By Joseph O’Sullivan, The Seattle Times
SEATTLE — Lightning strikes that might have fueled the Carlton complex wildfire never materialized Wednesday and Thursday, allowing emergency responders a moment to sigh in relief.
But scattered rain and other difficult conditions delayed efforts to restore electricity to about 7,000 Okanogan County consumers who have been without power from the fire, according to Dan Boettger, director of regulatory and environmental affairs for the Okanogan County Public Utility District.
Work by utility crews also was hampered by a handful of new power outages and fire flare-ups, Boettger said.
“The weather’s been our biggest obstacle over the past 24 hours,” he said.
Firefighters spent Wednesday and Thursday trying to keep the fire south of Highway 20, which runs from Okanogan west to Twisp and Winthrop, according to the federal fire-tracking website Inciweb.nwcg.gov.
The fire was 52 percent contained, according to the web site, up from 2 percent Monday. The largest wildfire in recorded state history, the Carlton complex fire has burned more than 250,000 acres, or about 391 square miles.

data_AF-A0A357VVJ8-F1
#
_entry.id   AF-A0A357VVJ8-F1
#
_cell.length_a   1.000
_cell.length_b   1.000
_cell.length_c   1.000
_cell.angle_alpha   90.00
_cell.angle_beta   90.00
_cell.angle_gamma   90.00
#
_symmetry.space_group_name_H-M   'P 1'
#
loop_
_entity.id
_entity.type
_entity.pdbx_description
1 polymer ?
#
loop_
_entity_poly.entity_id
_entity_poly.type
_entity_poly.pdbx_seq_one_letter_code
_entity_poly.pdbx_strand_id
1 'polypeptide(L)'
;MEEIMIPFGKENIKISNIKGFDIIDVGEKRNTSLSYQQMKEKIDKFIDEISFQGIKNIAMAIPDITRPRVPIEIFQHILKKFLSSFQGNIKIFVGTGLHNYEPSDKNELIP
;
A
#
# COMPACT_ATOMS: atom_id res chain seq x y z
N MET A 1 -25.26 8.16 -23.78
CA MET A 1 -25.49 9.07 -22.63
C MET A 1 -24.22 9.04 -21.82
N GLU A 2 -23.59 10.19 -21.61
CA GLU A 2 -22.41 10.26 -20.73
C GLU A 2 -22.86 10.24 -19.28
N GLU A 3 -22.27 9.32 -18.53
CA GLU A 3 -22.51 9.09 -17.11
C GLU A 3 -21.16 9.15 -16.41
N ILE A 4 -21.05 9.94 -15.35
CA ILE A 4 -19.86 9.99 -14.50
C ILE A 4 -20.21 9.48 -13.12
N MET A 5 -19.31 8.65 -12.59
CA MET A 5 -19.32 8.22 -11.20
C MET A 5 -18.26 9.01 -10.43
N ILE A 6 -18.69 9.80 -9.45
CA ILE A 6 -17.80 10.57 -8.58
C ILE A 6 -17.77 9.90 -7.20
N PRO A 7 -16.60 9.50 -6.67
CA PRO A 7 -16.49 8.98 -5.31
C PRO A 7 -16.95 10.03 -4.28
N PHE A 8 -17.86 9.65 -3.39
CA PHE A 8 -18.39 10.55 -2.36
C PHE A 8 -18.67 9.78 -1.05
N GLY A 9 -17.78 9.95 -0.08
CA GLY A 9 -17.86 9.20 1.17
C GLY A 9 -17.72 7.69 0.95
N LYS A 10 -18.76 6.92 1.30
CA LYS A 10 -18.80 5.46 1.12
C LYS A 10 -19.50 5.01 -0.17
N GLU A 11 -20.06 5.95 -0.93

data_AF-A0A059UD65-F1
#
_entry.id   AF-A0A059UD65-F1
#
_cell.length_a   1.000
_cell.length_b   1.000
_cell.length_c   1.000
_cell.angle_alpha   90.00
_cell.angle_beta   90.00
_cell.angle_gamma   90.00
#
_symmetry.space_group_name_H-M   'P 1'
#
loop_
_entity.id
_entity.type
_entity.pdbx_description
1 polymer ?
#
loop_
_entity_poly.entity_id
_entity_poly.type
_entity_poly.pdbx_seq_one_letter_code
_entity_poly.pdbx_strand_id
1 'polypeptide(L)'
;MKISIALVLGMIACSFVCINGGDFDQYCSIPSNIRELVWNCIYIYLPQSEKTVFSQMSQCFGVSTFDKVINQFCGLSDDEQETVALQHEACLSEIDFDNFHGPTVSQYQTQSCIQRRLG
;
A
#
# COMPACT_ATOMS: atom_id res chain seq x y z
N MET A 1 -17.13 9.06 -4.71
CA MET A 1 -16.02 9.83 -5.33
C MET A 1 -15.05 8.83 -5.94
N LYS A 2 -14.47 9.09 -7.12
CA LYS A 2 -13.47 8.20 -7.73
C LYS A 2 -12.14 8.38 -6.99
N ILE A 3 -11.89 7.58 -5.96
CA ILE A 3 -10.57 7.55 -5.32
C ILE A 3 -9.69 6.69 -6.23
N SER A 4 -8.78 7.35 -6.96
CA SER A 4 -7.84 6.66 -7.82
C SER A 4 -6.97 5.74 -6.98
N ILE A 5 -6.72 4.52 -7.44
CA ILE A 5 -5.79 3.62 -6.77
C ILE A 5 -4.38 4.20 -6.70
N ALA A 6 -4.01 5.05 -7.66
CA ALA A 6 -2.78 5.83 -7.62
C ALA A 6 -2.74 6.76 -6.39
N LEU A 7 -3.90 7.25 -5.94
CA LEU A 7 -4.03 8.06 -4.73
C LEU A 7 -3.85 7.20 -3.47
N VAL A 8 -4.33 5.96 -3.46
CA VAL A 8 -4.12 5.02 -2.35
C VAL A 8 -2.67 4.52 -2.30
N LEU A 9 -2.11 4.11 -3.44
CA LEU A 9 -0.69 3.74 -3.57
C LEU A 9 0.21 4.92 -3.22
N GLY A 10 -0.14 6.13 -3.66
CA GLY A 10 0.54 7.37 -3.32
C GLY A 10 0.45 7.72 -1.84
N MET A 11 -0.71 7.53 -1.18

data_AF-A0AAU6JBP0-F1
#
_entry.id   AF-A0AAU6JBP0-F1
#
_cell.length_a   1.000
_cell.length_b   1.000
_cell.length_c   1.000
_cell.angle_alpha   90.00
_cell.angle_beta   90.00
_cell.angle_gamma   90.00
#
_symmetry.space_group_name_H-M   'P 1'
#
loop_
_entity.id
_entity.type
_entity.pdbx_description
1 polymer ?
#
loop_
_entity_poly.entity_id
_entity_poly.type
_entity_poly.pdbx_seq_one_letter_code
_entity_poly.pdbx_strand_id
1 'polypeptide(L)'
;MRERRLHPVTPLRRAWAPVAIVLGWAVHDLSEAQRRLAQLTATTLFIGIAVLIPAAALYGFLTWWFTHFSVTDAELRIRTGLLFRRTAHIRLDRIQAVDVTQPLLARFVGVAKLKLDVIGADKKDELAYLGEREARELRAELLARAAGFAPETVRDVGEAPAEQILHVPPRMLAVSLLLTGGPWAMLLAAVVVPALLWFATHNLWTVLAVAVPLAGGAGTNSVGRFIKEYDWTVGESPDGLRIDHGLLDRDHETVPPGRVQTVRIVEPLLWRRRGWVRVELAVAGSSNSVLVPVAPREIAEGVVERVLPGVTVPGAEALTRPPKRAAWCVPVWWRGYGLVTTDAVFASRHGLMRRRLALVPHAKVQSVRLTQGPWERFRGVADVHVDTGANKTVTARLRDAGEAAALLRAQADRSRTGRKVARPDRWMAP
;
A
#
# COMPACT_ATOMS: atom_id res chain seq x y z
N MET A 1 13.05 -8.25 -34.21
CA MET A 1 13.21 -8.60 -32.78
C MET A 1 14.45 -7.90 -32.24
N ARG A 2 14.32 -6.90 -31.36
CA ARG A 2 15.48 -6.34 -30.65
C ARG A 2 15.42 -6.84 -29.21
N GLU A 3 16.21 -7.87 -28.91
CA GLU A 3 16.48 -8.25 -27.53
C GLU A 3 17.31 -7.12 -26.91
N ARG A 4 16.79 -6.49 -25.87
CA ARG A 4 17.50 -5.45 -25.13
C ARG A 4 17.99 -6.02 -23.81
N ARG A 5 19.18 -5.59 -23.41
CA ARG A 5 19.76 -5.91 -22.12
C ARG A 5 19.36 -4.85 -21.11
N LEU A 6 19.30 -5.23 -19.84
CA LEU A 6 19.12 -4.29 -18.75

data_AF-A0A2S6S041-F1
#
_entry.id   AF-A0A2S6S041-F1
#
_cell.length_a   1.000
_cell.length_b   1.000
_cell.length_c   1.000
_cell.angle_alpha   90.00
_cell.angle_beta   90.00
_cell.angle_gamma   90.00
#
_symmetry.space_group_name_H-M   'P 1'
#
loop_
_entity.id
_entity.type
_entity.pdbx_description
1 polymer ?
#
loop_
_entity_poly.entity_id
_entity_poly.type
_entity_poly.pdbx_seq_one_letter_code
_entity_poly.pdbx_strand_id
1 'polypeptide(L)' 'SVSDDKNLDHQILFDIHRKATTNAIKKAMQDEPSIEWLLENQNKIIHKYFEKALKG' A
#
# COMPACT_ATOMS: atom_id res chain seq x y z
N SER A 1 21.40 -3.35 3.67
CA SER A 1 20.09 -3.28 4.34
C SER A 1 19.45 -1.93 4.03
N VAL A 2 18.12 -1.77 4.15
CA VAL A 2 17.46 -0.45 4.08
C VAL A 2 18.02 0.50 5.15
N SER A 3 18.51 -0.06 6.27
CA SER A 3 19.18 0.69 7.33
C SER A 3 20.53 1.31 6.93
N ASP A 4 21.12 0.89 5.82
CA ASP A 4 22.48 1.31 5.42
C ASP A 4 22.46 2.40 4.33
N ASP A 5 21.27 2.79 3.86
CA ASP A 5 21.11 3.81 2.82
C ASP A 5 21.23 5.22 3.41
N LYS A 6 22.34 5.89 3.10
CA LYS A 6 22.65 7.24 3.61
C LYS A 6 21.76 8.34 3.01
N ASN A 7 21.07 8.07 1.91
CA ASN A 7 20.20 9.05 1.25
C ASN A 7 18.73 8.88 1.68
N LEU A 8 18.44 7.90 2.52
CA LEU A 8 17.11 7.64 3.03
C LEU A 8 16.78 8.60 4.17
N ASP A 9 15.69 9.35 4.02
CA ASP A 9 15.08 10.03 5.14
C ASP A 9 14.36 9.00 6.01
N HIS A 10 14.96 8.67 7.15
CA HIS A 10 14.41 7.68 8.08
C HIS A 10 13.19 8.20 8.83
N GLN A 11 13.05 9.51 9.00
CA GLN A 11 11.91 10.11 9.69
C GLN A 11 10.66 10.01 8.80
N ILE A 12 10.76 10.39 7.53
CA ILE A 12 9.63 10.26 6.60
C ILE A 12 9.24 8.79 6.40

The thunderstorms forecast to bring lightning and flash flooding to the area Wednesday never inflicted the damage many feared. Forecasters had predicted lightning could spur the fire’s spread and rain could cause ground made bare by the flames to turn into mudslides.
But only six lightning strikes occurred within the fire’s boundaries on Thursday, according to Steve Bodnar, a meteorologist with the National Weather Service. About 100 lightning strikes total happened near the fire, he said.
While the rain skirted most of the wildfire, Bodnar said it did contribute to a small mudslide near Gold Creek. It was quickly cleared up, he said.
The bulk of people and businesses without electricity are clustered in and around the towns of Pateros, Twisp, and Winthrop in Okanogan County, according to Boettger.
“We’re still predicting the town of Twisp and the town of Pateros to be back on this weekend,” Boettger said. Once electricity is restored in Twisp, that power could be extended to Winthrop.
Megan Snow, communications director for the Red Cross, said emergency responders have been swamped by the amount of donations given to help the recovery efforts.
While she called the donations generous, Snow advised people to hold off on giving more for now.
“There might be other needs that crop up along the way,” she said.
The Red Cross has case workers around the region hit by the fires, according to Snow.
The Red Cross is still running three emergency centers in the region, at Brewster High School, Chelan High School, and The Barn in Winthrop.
Photo via WikiCommons
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